PENSACOLA, Fla. - Gov. Jeb Bush toured the devastated city of Pensacola yesterday, the Day after Ivan, to see firsthand the fury unleashed by the deadly hurricane.
The storm left hundreds of thousands without power, shattered infrastructure and killed at least 39 in the United States - 14 in the Sunshine State alone. It also claimed at least 70 lives in the Caribbean before crossing the Gulf of Mexico.
The storm's remnants were dissipating over the southern Appalachians yesterday. And there was more good news as the National Hurricane Center downgraded Tropical Storm Jeanne to a tropical depression and predicted that it could remain far out at sea.
The local CBS affiliate had planned to air the season premiere of Survivor last night, but it pre-empted the program for coverage of Ivan. Residents needed no guidance on survival, however, and many would not see the show. More than 1.8 million homes and businesses were without power yesterday in areas affected by the storm.
Gulf Power officials said it could be three weeks before electricity is restored to everyone in the devastated region. Officials said priority is being given to repairs that will most assist public safety before the public's comfort can be looked to.
Bush toured an evacuation center in Pensacola that housed about 2,000 people. He assured dazed but optimistic Pensacola residents they will be seeing "convoys of immediate relief."
National Guardsmen have been deployed, and the Red Cross began setting up "comfort stations" to distribute food and water. Search and rescue crews continued searching for survivors - and counting the dead - in the hardest-hit areas.
Still, for residents lining up at convenience stores and supermarkets around Pensacola, the awakening commerce was a sign that life could somehow return to normal.
Traffic lights were out and National Guardsmen directed the growing traffic volume at the busiest intersections. Donna Weidner, who stopped at a local hardware store, said that for the most part, her fellow residents have been courteous and helpful during the crisis.
"It's not a frantic pace," she said. "It's not people grabbing and running and butting in line. People are just friendly and nice, talking about how things are going. The only thing I really wish we could get is ice and water."
Officials have reported some looting, though it does not appear to be widespread. Police were stationed in front of some business.
"Store's closed!" yelled one officer to the people gathering at one Albertson's supermarket in Pensacola. Radio reports had been announcing all morning that another Albertson's, a few miles away, would open at noon. That store had thousands of people in the parking lot before its doors opened.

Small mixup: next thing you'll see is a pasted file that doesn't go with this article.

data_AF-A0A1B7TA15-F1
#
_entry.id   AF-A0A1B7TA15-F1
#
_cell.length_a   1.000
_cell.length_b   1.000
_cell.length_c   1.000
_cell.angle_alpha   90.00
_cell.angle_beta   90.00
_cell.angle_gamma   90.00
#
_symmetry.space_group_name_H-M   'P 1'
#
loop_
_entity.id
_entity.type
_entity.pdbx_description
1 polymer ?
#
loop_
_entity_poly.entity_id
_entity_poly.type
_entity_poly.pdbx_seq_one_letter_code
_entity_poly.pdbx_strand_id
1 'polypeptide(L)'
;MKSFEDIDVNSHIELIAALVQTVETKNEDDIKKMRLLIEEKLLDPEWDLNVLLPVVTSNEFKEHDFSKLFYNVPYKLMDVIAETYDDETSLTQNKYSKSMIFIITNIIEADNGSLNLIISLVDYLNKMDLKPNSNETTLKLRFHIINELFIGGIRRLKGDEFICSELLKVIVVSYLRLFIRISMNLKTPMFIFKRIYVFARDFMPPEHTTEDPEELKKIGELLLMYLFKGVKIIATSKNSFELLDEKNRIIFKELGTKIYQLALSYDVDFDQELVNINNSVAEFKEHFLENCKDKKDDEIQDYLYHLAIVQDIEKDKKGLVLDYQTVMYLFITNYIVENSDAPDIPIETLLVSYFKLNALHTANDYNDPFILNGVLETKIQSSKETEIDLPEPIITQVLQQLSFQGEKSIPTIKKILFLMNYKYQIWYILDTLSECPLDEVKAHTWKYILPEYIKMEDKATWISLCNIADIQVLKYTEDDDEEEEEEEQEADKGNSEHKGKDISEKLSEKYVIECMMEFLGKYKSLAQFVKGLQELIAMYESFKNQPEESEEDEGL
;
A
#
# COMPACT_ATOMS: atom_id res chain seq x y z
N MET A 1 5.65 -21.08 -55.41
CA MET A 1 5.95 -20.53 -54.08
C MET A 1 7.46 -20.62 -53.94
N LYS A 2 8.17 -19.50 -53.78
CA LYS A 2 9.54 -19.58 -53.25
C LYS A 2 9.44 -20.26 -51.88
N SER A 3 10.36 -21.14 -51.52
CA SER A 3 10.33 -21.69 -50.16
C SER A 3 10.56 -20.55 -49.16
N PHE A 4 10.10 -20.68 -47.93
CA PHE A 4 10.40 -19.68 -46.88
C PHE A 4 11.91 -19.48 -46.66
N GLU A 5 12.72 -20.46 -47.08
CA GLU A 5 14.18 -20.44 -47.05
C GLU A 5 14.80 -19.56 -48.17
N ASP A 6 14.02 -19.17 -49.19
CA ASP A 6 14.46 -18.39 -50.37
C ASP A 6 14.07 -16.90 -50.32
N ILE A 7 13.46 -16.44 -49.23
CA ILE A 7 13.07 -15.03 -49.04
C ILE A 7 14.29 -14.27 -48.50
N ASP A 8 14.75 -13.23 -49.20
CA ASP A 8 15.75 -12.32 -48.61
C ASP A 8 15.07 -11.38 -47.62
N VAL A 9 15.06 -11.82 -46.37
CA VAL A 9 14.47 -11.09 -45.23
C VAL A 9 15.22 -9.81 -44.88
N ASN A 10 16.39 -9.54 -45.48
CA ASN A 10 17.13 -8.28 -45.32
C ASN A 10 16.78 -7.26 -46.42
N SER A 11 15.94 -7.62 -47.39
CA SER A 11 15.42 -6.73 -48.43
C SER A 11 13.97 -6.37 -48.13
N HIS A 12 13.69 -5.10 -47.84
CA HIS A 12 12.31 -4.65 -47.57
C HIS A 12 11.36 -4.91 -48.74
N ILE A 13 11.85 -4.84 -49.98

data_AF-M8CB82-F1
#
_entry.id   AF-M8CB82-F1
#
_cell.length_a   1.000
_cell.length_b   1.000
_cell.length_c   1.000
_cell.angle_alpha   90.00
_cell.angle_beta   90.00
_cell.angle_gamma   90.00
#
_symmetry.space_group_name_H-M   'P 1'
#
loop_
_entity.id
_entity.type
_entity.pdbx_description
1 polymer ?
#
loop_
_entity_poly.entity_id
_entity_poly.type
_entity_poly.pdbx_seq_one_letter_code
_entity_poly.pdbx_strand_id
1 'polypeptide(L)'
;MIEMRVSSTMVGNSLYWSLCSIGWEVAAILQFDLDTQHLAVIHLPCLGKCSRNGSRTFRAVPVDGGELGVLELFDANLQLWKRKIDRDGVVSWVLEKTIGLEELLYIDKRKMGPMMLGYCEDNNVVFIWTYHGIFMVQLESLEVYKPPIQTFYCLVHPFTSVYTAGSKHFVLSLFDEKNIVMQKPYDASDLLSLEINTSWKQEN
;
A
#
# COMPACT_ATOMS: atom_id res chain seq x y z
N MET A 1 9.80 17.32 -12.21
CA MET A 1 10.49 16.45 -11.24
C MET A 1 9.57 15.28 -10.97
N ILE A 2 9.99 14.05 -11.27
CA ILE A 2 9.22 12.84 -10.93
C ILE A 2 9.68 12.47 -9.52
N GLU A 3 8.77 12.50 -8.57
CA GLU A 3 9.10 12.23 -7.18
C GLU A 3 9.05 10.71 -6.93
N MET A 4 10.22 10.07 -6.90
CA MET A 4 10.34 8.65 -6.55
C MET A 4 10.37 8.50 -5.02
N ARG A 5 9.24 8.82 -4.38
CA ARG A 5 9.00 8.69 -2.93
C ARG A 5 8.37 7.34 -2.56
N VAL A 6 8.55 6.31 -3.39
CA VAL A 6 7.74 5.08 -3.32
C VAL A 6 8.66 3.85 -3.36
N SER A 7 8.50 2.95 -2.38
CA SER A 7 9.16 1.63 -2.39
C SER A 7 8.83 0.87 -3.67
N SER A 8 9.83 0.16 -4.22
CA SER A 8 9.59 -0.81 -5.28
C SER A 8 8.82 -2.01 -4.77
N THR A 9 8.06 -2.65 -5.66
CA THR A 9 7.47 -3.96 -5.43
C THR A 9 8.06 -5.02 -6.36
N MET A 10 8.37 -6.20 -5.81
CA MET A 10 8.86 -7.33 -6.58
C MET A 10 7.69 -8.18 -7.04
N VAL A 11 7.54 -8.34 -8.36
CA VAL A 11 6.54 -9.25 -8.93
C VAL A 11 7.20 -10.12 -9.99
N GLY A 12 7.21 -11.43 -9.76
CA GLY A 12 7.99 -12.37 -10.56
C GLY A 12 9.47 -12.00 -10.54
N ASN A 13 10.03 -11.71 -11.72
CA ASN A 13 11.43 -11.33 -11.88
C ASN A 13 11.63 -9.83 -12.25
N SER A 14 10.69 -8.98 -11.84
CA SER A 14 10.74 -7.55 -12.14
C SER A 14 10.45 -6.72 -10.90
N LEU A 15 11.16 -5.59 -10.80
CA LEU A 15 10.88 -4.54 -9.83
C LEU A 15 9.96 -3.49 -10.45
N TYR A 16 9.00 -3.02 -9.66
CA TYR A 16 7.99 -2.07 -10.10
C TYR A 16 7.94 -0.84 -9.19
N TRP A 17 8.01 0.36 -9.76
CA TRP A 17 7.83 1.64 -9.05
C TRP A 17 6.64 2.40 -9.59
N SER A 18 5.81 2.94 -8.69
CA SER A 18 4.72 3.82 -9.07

Although officials have praised the preparations that residents made as Ivan approached, and credited orderly evacuations with saving lives, Mark Labadie said it was hard to know beforehand just how hard Ivan would make life.
"We didn't expect this to be this bad," he said. "We thought it was going to skirt us."
Up until the last hours before Ivan's landfall early Thursday morning, forecasters had predicted that it would strike Mobile Bay in Alabama. But then the storm turned slightly east, missing the bay and unleashing its most destructive winds on the greater Pensacola area.
"It's been pretty chaotic," said Mike Kader, 35, the owner of the Smoke and Snack convenience store in Pensacola. "A lot of customers want ice. No ice. No batteries. We have a few canned goods."
Robert Balbach, 38, of Pensacola, was in line at the store for cigarettes. "It helps everyone if they open up, sell what they can," he said. "People need things.
"You don't want a bunch of people without their cigarettes."
"We're worried about looters," Kader said, ringing up a sale. "That's probably why we're open today - so we can sell everything before they loot it."
The hurricane formerly known as Jeanne, meanwhile, seemed to be spinning itself away from Florida, sparing the state yet another hit by a big storm.
Earlier, the National Hurricane Center had predicted the storm would follow a track toward the southeastern United States and, possibly, Florida, which has been pummeled by three killer hurricanes - Charley, Frances and Ivan - in little more than a month.
Computer models now suggest it will remain well off the coast, moving north and perhaps continuing on that course for at least the next five days. National Hurricane Center meteorologist Jim Eberwine said the new track came about with a little help from Ivan.
That storm was expected to move slowly over the Southeast, preventing Jeanne from heading north. Then, a high-pressure ridge building over the Midwest was expected to drop down, forcing Jeanne to turn left or right.
But Eberwine said Ivan moved more quickly, clearing the way for the northward movement of Jeanne. By the time the high-pressure ridge settles in, Jeanne is expected to be several hundred miles off the Florida coast, though Eberwine warned that conditions can change.
The dead: 70 in the Caribbean, 39 in the US
The damage: U.S. estimate could range from $2 billion to $7 billion, according to Risk Management Solutions.
The loss of power: More than 1.8 million homes and businesses were without power across eight states yesterday.
The Orlando Sentinel contributed to this article. The Sentinel and Tribune are Tribune Publishing newspapers.